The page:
They’re some of the most feared creatures in the world, and it’s around this time each year when they try to invade your home… Spiders! Whether it’s the eight eyes or eight legs, there aren’t many things scarier than seeing one of these creepy-crawly pests scurrying along your walls or ceiling.
The fact is, spiders are a threat to your home. They can contaminate your food, they (and their webs) can cause health issues, they’re a nuisance to your pets, and they’re scary! Protecting your home from an arachnid infestation is important. The first step in doing so is spider identification. Here are the 5 most common house spiders in Washington, and how you can identify them!
Funnel Weavers (Family Agelenidae)
The funnel weaver is arguably the most common house spider in Washington. They’re brown in color and do not grow larger than 1½ inches in length. They’re most easily identified by the funnel-shaped webs they spin in the corners of your windows, walls, and under your furniture.
They can bite (and only do so in self-defense), they are not venomous to us, but if they or their webs are seen in your house, preventative measures should be taken right away.
Jumping Spiders (Family Salticidae)
Next on our list is the jumping spider, the largest family of spider in Washington State. They grow to be about a ½ inch in length. They’re best identified via their hairy legs, and eye pattern where the front set of eyes is significantly larger than the other sets.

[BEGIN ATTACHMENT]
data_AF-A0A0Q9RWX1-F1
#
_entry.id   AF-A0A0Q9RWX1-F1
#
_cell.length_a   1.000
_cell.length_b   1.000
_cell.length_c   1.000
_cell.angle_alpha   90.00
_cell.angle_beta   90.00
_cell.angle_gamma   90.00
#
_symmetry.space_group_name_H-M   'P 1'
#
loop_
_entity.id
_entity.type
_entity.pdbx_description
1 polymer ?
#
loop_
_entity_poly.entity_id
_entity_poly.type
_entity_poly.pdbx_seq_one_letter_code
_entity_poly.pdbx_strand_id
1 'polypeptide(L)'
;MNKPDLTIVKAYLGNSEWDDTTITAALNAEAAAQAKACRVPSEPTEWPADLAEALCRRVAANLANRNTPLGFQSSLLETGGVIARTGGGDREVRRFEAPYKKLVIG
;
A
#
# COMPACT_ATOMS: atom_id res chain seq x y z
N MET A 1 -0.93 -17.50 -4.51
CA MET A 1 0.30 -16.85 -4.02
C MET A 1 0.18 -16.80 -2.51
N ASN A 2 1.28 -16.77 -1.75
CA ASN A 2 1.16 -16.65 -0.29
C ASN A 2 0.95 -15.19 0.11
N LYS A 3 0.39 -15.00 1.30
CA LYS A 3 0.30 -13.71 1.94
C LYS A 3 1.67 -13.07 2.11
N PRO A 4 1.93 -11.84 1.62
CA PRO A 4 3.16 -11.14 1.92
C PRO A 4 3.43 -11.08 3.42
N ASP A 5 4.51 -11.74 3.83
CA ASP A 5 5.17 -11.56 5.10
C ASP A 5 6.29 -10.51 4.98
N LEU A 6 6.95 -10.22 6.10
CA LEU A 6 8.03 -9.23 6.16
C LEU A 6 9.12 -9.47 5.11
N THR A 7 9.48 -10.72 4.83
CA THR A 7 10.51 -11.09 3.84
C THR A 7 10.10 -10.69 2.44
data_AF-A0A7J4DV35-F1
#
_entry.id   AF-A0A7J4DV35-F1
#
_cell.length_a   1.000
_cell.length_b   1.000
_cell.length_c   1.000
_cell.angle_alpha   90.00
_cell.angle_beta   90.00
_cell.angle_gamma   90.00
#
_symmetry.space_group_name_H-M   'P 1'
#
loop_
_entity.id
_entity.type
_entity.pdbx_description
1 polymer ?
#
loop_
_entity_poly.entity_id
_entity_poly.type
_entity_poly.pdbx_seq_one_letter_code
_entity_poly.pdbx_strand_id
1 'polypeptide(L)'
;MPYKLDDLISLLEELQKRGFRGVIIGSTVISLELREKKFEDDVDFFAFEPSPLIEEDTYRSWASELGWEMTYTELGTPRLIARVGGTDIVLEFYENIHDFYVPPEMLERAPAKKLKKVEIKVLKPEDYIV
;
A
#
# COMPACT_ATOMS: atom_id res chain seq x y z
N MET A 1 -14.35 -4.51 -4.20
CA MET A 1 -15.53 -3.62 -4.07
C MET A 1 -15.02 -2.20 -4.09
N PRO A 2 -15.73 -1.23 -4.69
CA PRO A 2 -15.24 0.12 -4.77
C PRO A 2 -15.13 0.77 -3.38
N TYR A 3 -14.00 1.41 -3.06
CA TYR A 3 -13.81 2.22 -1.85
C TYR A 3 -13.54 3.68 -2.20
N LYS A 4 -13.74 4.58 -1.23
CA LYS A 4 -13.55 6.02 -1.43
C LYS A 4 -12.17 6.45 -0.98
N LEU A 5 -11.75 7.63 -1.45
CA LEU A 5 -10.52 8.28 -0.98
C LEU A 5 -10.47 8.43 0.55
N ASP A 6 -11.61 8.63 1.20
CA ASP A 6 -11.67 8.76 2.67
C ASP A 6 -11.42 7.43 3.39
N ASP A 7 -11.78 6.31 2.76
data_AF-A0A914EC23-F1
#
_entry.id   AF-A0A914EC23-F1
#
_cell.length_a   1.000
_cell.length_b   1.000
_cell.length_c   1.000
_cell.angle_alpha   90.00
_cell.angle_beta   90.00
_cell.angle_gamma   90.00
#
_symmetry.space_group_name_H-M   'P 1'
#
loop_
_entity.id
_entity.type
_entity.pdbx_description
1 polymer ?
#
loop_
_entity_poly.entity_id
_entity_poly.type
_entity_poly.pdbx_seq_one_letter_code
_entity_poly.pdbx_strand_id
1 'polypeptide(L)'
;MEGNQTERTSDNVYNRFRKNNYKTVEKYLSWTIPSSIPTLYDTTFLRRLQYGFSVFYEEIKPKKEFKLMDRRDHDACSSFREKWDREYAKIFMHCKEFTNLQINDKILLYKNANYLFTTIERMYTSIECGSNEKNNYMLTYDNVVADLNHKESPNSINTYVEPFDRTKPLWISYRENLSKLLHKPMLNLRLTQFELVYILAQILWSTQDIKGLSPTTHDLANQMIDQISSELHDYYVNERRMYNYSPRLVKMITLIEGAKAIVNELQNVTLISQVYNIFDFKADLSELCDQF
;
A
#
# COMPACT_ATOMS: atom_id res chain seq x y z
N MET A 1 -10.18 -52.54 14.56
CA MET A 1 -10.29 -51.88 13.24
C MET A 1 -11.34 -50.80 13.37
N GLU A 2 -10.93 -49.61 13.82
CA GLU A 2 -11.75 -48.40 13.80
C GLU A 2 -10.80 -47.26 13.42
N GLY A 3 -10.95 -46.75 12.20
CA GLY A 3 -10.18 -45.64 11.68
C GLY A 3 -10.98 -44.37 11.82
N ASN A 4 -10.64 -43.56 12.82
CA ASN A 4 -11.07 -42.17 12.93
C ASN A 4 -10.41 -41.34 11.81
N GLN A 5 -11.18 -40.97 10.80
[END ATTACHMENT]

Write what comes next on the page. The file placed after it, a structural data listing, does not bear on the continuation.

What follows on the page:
They do bite but are not venomous. Because of their fear of humans, dogs, and cats, they’re not a huge threat, but they can be scary. This spider is most commonly seen hopping along on ceilings and windowsills.
Hobo Spider (Family Agelenidae)
This is another funnel-weaving spider that is often mistaken with the very dangerous brown recluse spider. There are some differences, however. First, the hobo spider has brown and yellow markings on its backside that the brown recluse does not have. Also, the hobo spider is much smaller, coming in at just over ½ inch at its largest!
The hobo spider only bites in defense and is (most likely) not venomous, though some people have reported very bad reactions to supposed bites from these wandering spiders. Because they do not climb well, they dwell mostly on the ground meaning they can be a bother to your pet.
The Common House Spider (Family Achaearanea)
Living up to its name, the common house spider is another one of the most popular spiders in all of Washington. They don’t grow to be huge, and their color varies. The easiest way to identify this spider is by their rounded abdomen and their back two sets of eyes, which appear to be touching.
This spider doesn’t bite, but they do reproduce at a rapid rate. In a single lifetime, the female can produce up to 18 sacs holding nearly 4,000 eggs! If you find one common house spider in your home, there’s a good chance there are more where that one came from.
Sac Spiders (Family Clubionidae)
The sac spider is best known for his hunting ability, not his web spinning. They’re not super aggressive spiders, but they will bite if they feel threatened, and their bite hurts (but it is not life-threatening). These spiders are most commonly seen at night, crawling on walls and across ceilings. Their long legs both in the front and back most easily identify them.
If you’ve seen one of these spiders inside your home, contact the professionals at Colonial. Don’t deal with them alone! With our perimeter pest control service, our team will lay down an invisible barrier around your home to keep these nasty pests, and others, OUTSIDE where they belong!
Contact us here or give us a call at (509) 966-1655 to hear more. Give your home and your loved ones the protection they deserve and call us today!